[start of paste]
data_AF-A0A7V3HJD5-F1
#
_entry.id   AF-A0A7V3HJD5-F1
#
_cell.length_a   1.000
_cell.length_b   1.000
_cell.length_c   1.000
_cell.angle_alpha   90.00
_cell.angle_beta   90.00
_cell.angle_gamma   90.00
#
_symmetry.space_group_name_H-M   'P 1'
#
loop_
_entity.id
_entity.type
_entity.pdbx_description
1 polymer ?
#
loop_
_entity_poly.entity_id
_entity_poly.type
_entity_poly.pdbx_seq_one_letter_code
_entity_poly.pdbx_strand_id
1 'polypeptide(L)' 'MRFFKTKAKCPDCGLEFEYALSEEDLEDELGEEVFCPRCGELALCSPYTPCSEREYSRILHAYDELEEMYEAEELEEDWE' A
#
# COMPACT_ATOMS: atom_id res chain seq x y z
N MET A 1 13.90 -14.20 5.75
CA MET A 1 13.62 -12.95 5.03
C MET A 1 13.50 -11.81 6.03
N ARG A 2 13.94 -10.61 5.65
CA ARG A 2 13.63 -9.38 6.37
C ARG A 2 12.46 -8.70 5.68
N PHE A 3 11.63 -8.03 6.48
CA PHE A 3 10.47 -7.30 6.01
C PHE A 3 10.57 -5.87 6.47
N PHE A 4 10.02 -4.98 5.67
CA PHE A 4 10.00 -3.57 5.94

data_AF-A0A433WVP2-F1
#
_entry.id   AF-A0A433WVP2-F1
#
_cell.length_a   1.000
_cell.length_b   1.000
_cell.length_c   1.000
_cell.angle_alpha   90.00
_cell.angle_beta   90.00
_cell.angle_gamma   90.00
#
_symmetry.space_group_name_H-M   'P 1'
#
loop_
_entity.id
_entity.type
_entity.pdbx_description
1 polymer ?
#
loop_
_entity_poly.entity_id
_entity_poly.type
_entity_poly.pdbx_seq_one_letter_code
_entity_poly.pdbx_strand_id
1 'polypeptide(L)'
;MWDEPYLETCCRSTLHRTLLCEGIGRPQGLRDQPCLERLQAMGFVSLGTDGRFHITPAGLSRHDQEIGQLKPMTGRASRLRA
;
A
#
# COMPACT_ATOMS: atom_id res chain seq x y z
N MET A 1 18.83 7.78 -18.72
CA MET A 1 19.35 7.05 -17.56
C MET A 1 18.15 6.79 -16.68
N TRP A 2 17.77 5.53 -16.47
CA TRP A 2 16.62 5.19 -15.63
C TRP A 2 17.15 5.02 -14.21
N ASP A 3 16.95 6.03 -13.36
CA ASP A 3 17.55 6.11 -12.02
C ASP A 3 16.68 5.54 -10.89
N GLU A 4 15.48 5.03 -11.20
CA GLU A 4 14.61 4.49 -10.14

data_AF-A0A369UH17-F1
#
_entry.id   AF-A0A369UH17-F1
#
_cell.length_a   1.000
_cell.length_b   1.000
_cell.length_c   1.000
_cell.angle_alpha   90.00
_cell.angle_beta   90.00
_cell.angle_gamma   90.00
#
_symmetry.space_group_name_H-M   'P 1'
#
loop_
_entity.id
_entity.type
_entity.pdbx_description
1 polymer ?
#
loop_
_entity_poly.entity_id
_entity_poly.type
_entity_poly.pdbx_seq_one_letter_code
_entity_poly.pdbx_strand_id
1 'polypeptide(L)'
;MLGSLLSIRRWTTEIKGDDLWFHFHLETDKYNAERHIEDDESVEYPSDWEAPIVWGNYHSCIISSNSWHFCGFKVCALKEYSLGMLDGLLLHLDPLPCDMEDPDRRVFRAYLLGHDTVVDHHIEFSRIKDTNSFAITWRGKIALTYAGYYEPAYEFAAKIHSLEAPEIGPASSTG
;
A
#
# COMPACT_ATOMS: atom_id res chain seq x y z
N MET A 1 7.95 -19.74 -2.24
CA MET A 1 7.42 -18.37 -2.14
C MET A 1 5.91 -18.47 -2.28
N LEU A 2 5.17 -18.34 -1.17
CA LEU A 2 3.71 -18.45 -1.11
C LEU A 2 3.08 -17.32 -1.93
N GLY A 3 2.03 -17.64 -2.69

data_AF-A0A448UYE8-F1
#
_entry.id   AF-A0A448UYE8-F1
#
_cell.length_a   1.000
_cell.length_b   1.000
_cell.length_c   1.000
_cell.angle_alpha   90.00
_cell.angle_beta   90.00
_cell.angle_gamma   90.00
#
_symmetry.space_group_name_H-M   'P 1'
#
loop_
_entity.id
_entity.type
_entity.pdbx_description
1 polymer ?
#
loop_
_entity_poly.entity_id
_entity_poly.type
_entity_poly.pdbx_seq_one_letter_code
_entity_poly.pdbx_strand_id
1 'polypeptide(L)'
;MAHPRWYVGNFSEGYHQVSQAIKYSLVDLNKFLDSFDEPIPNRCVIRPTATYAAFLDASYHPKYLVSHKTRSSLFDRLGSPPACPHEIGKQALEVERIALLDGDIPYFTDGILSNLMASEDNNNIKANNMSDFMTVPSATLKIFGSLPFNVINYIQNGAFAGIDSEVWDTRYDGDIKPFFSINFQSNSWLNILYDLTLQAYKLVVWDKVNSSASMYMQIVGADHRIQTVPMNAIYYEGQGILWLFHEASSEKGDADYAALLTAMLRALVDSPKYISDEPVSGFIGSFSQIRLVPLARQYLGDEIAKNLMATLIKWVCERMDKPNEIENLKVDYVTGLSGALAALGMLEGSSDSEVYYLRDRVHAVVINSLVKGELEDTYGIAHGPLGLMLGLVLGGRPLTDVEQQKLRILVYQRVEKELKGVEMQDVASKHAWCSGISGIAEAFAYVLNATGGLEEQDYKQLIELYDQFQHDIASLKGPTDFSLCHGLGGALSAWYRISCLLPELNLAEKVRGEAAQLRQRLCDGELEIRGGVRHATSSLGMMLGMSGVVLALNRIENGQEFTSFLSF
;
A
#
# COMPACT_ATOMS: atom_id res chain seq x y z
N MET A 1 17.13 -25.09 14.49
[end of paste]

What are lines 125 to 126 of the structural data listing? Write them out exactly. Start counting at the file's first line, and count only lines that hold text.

_cell.angle_beta   90.00
_cell.angle_gamma   90.00